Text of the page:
For the second year running, VOX Cape Town will present a programme of music as part of the “In the Dark” series in the Youngblood Gallery organised by Biblioteek Productions. The evening will pair music by the minimalist Estonian composer Arvo Pärt (b. 1935) with the Renaissance polyphonist Giovanni Pierluigi da Palestrina (c. 1525-1594).

Music by Arvo Pärt will include the hypnotic four-part prayer for peace “Da Pacem Domine” (“Give Peace, Lord”) and one of his most recent works, “The Deer’s Cry”. Turning back the musical clock 400 years, compositions by Palestrina will range from the effervescent “Exsultate Deo” (“Sing Joyfully Unto God”) to the reflective “Veni, Creator Spiritus” (“Come, Creator Spirit”). The latter piece, based on plainchant from the ninth century, will reverberate magnificently in the spacious acoustic of the Youngblood Gallery. Listeners are invited to wear blindfolds to immerse themselves fully in the music of these two iconic composers.

Youngblood Art Gallery, Bree Street, Cape Town
R150 (R100 for seniors and students)
Booking via

Arvo Pärt (b. 1935, Estonia) is a pioneer of the style called “holy minimalism” along with contemporaries Henryk Górecki and John Tavener. His most performed instrumental works include “Spiegel im Spiegel” (featured in Northern Lights: A Baltic Voyage) and “Fratres”, which will be played by a string quartet on 18 October. Pärt is known for his self-invented compositional technique called “tintinnabuli” and has written: “I have discovered that it is enough when a single note is beautifully played.” Arvo Pärt’s music is in part inspired by Gregorian chant which immediately suggests a suitable pairing with early polyphonic music.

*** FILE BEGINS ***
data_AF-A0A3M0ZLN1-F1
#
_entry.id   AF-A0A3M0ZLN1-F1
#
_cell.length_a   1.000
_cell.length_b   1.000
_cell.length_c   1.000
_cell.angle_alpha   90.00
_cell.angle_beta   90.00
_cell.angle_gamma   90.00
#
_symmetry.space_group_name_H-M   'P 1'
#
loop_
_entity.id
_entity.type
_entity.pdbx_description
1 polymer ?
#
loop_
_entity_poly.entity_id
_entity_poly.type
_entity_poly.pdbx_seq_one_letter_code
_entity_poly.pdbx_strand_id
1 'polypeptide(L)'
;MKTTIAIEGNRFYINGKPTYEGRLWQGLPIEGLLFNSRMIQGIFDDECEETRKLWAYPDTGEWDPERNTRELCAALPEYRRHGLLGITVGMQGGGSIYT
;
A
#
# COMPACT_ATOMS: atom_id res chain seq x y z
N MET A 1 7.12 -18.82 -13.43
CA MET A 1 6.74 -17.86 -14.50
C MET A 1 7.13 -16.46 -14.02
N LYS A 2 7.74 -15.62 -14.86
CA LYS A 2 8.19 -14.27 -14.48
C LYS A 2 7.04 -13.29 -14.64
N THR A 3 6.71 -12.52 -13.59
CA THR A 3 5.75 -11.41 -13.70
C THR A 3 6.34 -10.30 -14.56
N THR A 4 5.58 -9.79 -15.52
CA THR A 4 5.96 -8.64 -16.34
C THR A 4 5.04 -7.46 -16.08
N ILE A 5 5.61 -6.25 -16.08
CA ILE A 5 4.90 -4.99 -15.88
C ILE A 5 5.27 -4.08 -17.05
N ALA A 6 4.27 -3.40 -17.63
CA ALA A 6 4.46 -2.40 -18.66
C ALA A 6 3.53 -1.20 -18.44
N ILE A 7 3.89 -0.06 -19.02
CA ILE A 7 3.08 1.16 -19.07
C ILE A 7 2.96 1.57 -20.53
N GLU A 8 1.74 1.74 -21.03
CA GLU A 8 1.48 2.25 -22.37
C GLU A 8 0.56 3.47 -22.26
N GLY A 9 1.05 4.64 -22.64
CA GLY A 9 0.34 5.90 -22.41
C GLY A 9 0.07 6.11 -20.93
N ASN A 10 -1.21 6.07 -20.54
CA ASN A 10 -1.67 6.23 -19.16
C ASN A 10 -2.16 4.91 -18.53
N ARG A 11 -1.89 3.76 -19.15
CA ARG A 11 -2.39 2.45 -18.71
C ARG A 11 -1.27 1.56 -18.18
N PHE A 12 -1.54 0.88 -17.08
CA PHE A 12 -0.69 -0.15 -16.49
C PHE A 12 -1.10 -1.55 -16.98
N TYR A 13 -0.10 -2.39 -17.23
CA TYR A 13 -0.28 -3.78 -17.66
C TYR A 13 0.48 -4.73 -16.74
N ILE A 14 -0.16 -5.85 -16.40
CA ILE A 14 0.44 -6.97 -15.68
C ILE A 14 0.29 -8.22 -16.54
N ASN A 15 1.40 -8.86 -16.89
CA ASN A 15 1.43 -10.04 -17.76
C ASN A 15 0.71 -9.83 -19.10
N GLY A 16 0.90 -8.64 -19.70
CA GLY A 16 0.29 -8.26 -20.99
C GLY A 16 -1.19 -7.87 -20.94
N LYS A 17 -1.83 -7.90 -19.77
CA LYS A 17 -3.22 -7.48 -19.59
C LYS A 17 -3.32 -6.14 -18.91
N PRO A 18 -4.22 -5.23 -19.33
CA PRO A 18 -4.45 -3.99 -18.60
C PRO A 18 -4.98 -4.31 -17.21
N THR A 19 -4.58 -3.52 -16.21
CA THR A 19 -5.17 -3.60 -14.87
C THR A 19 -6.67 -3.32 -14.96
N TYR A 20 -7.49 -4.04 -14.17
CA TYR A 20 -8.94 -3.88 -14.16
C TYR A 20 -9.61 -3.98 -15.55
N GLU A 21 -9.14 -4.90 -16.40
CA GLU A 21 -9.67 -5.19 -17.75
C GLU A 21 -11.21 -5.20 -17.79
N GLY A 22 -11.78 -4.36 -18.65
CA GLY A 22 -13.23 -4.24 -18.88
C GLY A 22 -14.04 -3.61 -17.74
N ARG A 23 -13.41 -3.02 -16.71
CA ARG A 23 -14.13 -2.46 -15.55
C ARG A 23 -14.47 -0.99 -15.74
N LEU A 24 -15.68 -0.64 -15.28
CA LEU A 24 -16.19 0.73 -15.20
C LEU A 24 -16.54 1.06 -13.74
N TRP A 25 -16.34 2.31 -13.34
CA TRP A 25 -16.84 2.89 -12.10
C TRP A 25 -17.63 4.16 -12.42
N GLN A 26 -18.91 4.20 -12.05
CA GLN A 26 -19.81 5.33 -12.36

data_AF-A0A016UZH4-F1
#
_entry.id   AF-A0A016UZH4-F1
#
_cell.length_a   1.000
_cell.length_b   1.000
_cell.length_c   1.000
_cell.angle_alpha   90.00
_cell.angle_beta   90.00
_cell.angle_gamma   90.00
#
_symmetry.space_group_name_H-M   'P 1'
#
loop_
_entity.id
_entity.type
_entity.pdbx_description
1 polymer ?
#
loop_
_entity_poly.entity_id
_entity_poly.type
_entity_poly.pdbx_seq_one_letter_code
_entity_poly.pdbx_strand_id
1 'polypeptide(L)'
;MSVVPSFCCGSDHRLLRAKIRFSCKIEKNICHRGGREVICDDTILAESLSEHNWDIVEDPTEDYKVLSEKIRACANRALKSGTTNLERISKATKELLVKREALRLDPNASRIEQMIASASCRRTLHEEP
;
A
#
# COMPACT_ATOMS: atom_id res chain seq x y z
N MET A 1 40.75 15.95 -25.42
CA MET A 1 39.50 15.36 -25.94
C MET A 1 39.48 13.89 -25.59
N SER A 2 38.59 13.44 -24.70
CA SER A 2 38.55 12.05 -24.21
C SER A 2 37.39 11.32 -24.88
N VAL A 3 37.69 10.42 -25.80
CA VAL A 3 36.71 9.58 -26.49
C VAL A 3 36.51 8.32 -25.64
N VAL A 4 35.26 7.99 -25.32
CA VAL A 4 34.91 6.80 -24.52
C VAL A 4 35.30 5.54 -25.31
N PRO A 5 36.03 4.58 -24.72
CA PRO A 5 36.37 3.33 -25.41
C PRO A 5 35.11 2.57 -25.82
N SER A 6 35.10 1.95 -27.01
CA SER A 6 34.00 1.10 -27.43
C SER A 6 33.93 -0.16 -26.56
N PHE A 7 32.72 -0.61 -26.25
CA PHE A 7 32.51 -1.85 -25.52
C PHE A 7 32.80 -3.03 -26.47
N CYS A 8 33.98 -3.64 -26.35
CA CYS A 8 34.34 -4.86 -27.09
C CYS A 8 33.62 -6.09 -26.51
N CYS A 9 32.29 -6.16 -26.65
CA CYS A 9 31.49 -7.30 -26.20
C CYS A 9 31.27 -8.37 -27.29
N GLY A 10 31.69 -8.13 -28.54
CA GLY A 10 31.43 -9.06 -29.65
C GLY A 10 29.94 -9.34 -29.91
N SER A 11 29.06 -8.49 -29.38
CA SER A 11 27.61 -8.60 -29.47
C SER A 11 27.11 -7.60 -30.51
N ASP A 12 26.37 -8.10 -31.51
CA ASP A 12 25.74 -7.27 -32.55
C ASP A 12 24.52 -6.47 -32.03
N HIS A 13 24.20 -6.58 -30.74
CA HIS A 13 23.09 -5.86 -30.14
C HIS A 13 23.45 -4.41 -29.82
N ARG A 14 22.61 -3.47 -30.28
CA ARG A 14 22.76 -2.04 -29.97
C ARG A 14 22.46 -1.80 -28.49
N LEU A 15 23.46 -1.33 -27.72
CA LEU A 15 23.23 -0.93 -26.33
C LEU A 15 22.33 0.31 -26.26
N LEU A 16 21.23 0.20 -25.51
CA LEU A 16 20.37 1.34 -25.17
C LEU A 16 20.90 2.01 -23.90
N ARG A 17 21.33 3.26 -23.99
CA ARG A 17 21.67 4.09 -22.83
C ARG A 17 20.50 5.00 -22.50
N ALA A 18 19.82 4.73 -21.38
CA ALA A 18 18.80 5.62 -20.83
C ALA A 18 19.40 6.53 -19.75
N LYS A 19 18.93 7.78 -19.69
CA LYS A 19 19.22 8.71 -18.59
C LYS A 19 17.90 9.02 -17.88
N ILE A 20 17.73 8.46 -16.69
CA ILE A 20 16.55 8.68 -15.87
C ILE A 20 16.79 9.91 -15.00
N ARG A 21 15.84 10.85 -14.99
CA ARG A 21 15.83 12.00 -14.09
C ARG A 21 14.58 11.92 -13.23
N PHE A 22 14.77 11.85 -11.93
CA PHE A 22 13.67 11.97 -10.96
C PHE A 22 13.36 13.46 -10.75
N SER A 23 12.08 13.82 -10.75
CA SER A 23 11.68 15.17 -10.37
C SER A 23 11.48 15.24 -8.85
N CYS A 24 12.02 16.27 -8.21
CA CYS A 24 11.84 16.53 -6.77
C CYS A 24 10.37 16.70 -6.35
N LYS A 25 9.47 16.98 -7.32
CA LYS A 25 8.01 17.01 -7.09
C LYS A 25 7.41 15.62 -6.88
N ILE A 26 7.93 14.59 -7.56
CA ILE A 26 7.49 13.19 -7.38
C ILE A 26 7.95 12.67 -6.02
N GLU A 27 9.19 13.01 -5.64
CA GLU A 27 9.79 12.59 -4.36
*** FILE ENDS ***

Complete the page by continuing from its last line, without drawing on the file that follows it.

Giovanni Pierluigi da Palestrina (c. 1525-1594) is considered by many to be the greatest composer of liturgical music of all time. An Italian Renaissance composer, Palestrina had a lasting influence on the development of church music. His output included over 100 masses and 300 motets. Born in Palestrina near Rome (hence his name), he lived until his late 60s – no mean feat in the 16th century.